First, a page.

From the editor: Apple's marketing and Tim Cook's message

February 7, 2018

It’s hardly surprising that a place like Duke, as a research university, engages with what’s conventionally called, in these parts, the “real world’—as if there’s something surreal or unreal about the campus world. But it’s worth noting that scholars at the Fuqua School have a record of studying the workings of the real world’s most valuable company. That, of course, is Apple. And its CEO, Tim Cook, happens to be a 1988 Fuqua graduate, an occasional speaker at the school, a current Duke trustee, and, as announced in January, Duke’s graduation speaker.

Writing recently for Forbes, Fuqua professor Christine Moorman explores what makes Apple “one of the greatest marketers of all time.” Apple, she observes, can make the occasional stumble. Consider the admission that it slows older phones; critics complained, even as the company said the idea is to prevent shutdowns and crashes. Still its successes provide a template ready-made for the business-school classroom.

For example, create an “experience ecosystem.” Apple ensures that the universe of Apple-mediated behaviors continually expands. That happens, in part, by fostering a community of evangelists. Apple has been turning its retail locations into lively “town squares,” and nurturing future users through free coding classes for kids. As for the products, simplicity is central. In the Apple ecosystem, design is all about making products—showing off as they do a minimalist aesthetic— intuitive, meaning that, as Moorman says, “there is tremendous attention to every last detail,” even the experience of unpacking your purchase.

“Experience” comes up a lot in Moorman’s analysis. Apple markets itself not as a technology company, but rather as a company that awards you benefits and responds to your aspirations. So if you’re keen to pump up your phone with more memory, Apple will emphasize that it’s not the gigs that count; it’s all of those additional photos, texts, and videos you can experience.

Part of the Apple advantage, in Moorman’s view, is doing what’s right as a company. Just before the launch of Apple Music, Taylor Swift publicly lamented that artists—particularly starting artists not yet on the touring circuit—would be hurt by the payment plan. Apple changed course. Similarly, the company has resisted law-enforcement efforts to have it unlock the phones of, say, the suspect in the San Bernardino massacre. Such a stance responds to the concerns of its consumers around data privacy.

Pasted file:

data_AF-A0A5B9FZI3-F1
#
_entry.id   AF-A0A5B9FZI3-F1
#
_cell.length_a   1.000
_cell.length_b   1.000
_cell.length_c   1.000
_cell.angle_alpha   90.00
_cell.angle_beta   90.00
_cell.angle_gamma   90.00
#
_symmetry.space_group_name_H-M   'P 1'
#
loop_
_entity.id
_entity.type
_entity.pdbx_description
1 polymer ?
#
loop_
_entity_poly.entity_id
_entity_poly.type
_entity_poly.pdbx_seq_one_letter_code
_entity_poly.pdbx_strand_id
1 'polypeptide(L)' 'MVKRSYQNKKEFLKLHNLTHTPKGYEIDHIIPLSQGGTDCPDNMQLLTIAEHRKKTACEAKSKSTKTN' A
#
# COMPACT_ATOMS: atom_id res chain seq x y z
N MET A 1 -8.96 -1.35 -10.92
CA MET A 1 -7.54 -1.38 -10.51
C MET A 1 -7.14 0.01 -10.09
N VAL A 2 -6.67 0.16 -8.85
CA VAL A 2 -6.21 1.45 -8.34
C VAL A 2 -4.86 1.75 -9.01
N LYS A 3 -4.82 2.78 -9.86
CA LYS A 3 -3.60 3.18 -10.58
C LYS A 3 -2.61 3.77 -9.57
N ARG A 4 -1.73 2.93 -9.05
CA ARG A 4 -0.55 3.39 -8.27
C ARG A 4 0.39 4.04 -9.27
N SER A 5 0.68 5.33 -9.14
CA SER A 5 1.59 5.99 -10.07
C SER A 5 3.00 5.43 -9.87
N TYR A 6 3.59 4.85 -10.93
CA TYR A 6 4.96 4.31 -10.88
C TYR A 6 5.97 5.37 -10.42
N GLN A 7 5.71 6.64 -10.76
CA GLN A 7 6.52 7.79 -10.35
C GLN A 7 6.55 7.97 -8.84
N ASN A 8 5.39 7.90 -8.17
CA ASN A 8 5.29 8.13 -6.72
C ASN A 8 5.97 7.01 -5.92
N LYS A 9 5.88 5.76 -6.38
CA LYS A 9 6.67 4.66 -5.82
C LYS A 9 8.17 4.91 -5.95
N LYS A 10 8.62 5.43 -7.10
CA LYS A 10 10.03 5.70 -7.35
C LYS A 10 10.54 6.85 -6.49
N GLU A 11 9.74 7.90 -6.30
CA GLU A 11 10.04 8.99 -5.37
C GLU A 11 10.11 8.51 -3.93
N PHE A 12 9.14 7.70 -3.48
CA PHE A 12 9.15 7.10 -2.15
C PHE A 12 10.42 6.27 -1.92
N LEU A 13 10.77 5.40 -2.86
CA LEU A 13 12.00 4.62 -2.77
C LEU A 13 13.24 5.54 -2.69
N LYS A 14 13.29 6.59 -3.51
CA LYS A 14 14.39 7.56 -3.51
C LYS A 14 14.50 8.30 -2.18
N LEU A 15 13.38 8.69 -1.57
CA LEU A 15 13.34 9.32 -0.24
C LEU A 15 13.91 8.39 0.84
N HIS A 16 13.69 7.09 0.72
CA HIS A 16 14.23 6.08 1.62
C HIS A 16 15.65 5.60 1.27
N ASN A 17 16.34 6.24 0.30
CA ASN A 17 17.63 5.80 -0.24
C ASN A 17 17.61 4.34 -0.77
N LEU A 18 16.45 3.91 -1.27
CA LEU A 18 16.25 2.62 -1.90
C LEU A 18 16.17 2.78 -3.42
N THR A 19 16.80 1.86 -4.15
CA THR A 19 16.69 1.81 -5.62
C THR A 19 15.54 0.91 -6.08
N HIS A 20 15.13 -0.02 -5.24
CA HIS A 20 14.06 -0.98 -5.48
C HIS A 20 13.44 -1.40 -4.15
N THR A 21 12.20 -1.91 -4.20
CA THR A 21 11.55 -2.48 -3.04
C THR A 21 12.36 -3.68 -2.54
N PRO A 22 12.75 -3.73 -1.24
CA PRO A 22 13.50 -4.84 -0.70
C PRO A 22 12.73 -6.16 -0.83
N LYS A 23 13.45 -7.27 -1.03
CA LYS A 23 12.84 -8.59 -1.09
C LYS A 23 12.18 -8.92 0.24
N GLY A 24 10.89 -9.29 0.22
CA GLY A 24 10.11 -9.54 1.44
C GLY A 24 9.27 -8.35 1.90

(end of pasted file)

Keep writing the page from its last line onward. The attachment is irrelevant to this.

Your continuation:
That notion of Apple as a good citizen comes up in the work of another Fuqua professor, Aaron Chatterji, who has been teaching a class about activism among chief executives. With the perceived fraying of traditional checks and balances, he says, a lot of business leaders are feeling an obligation to speak out—which can be fraught as well as appealing.

In one research project, Chatterji asked those in a survey group whether they supported Indiana’s Religious Freedom Restoration Act. He wondered: If you share concerns that the law might allow discrimination, would it matter whether those concerns are pegged to a local politician, the CEO of a local company, or Cook as Apple’s CEO? Support for the law declined steeply and roughly the same when it came from any of those three leaders. Opinions are pretty entrenched, but when a CEO like Cook speaks out, there’s at least “some power” to the message.

Digging a bit more deeply, Chatterji assembled another group of respondents to figure out how likely they were to buy Apple products. Some were told beforehand about Cook’s strong views against discrimination; some were told about his business philosophy; some weren’t given any additional information. It turned out that when Cook was contextualized as a leader standing against discrimination, people were more likely to buy Apple products—a response mostly driven by those who already agreed with his views.

When Cook speaks to the newest graduates this spring, his message may reflect these insights from Fuqua: It’s one thing to build a product. It’s another, more powerful thing to build a community of stakeholders.

  • As editor, Bliwise has overall responsibility for editorial direction and content and for representing the magazine to its various constituencies. He also teaches a seminar in magazine journalism through Duke’s Sanford School of Public Policy.